Description of Metals
A solid is considered to be a metal if it has high electrical and thermal conductivity. The chemical definition of a metal also includes having a characteristic surface luster or shine. It is characteristic of metals that they are malleable (can be hammered into sheets) and ductile (can be drawn into wires). A glance at the periodic table will show you that the majority of pure elements are metals. All metals except mercury are solids at room temperature.
Both the high electrical conductivity and thermal conductivity come from the fact that one or more valence electrons is relatively free to travel throughout the solid material. This connection is formalized in the Wiedemann-Franz law.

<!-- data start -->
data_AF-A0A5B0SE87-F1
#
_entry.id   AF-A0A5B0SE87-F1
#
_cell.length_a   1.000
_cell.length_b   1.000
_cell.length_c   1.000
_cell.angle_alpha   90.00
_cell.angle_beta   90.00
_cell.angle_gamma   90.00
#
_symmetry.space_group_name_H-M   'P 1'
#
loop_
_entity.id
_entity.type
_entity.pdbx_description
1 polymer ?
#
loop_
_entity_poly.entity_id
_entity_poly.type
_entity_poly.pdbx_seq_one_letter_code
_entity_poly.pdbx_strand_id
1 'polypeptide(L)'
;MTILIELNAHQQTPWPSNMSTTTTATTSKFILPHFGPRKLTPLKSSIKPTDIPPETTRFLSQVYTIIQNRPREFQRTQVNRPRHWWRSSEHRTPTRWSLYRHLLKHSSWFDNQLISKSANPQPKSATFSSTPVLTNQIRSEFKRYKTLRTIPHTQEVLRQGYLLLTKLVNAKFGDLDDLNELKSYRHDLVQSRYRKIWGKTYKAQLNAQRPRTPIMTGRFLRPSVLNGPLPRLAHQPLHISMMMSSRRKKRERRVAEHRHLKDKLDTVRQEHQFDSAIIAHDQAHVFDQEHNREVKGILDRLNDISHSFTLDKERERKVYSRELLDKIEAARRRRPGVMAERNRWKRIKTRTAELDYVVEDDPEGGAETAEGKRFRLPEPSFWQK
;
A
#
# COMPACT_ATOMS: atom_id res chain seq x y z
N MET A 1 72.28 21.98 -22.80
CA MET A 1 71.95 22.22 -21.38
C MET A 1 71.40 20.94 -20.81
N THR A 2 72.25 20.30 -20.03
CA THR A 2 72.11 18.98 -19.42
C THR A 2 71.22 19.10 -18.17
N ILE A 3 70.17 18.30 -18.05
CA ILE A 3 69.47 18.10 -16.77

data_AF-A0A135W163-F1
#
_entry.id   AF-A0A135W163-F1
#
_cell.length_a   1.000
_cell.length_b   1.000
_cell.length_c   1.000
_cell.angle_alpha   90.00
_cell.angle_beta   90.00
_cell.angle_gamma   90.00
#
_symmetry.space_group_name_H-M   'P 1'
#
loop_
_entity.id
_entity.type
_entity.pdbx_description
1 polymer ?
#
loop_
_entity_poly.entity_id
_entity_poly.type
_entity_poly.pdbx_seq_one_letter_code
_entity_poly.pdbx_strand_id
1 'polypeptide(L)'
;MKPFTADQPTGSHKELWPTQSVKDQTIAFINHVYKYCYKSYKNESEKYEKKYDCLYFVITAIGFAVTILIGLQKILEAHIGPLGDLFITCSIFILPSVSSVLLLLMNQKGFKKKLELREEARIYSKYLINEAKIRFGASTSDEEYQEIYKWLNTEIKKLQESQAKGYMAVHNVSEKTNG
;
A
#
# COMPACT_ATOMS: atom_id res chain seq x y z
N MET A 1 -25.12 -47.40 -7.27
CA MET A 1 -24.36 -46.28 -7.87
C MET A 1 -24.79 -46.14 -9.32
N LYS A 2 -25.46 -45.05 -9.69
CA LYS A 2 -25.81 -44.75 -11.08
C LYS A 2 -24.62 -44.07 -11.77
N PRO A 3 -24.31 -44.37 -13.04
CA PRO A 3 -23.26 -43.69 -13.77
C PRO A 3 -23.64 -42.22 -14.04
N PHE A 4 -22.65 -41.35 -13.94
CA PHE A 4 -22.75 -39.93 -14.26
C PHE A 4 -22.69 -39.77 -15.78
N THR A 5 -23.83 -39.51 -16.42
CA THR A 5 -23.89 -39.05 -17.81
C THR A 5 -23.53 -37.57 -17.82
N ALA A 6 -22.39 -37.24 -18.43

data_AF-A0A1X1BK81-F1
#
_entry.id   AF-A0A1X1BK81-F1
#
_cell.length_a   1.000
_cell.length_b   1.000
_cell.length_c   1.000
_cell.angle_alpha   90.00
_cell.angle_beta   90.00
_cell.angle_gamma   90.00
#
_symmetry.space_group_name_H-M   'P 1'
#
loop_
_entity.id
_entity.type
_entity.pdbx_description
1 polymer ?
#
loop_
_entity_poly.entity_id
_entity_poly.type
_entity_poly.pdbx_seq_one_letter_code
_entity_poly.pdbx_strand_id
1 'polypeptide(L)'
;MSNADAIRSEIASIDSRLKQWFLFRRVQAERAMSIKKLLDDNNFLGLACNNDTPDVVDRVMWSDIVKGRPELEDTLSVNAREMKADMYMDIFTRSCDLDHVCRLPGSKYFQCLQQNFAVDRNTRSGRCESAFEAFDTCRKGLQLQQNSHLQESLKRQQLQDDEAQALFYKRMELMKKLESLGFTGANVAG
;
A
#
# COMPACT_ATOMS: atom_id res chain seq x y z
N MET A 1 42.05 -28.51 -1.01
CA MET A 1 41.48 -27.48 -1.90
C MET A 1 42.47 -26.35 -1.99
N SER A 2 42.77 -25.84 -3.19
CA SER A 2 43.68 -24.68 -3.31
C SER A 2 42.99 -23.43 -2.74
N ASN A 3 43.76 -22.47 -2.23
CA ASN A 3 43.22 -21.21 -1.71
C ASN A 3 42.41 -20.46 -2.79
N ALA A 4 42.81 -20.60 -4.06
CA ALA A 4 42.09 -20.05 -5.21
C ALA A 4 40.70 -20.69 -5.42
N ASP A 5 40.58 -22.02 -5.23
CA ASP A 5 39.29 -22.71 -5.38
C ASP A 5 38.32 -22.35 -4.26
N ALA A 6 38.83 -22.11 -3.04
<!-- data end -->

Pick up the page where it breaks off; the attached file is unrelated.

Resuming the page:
The microscopic properties of metals are often stated in terms of their Fermi energy and their free electron density.